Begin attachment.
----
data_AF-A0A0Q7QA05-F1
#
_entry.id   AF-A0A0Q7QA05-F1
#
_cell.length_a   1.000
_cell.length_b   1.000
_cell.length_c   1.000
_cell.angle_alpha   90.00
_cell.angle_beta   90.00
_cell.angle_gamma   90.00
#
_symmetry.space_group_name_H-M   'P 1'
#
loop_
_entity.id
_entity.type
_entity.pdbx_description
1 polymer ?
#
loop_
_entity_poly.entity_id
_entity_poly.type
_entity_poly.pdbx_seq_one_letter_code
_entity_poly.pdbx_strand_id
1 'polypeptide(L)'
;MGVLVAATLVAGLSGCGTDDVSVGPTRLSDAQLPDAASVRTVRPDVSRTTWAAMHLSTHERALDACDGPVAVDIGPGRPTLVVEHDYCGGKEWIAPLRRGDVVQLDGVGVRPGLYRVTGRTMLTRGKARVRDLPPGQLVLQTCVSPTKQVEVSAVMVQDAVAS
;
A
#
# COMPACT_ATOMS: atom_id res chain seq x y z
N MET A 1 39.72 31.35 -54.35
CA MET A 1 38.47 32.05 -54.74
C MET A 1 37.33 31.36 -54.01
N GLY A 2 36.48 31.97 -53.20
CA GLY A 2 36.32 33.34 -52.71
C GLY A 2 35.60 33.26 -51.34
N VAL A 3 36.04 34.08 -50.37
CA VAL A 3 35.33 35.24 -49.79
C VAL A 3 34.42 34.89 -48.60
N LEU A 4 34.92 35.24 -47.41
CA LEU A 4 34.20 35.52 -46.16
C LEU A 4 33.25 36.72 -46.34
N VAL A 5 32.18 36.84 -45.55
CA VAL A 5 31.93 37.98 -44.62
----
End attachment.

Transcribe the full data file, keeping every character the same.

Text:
data_AF-A0A0Q7QA05-F1
#
_entry.id   AF-A0A0Q7QA05-F1
#
_cell.length_a   1.000
_cell.length_b   1.000
_cell.length_c   1.000
_cell.angle_alpha   90.00
_cell.angle_beta   90.00
_cell.angle_gamma   90.00
#
_symmetry.space_group_name_H-M   'P 1'
#
loop_
_entity.id
_entity.type
_entity.pdbx_description
1 polymer ?
#
loop_
_entity_poly.entity_id
_entity_poly.type
_entity_poly.pdbx_seq_one_letter_code
_entity_poly.pdbx_strand_id
1 'polypeptide(L)'
;MGVLVAATLVAGLSGCGTDDVSVGPTRLSDAQLPDAASVRTVRPDVSRTTWAAMHLSTHERALDACDGPVAVDIGPGRPTLVVEHDYCGGKEWIAPLRRGDVVQLDGVGVRPGLYRVTGRTMLTRGKARVRDLPPGQLVLQTCVSPTKQVEVSAVMVQDAVAS
;
A
#
# COMPACT_ATOMS: atom_id res chain seq x y z
N MET A 1 39.72 31.35 -54.35
CA MET A 1 38.47 32.05 -54.74
C MET A 1 37.33 31.36 -54.01
N GLY A 2 36.48 31.97 -53.20
CA GLY A 2 36.32 33.34 -52.71
C GLY A 2 35.60 33.26 -51.34
N VAL A 3 36.04 34.08 -50.37
CA VAL A 3 35.33 35.24 -49.79
C VAL A 3 34.42 34.89 -48.60
N LEU A 4 34.92 35.24 -47.41
CA LEU A 4 34.20 35.52 -46.16
C LEU A 4 33.25 36.72 -46.34
N VAL A 5 32.18 36.84 -45.55
CA VAL A 5 31.93 37.98 -44.62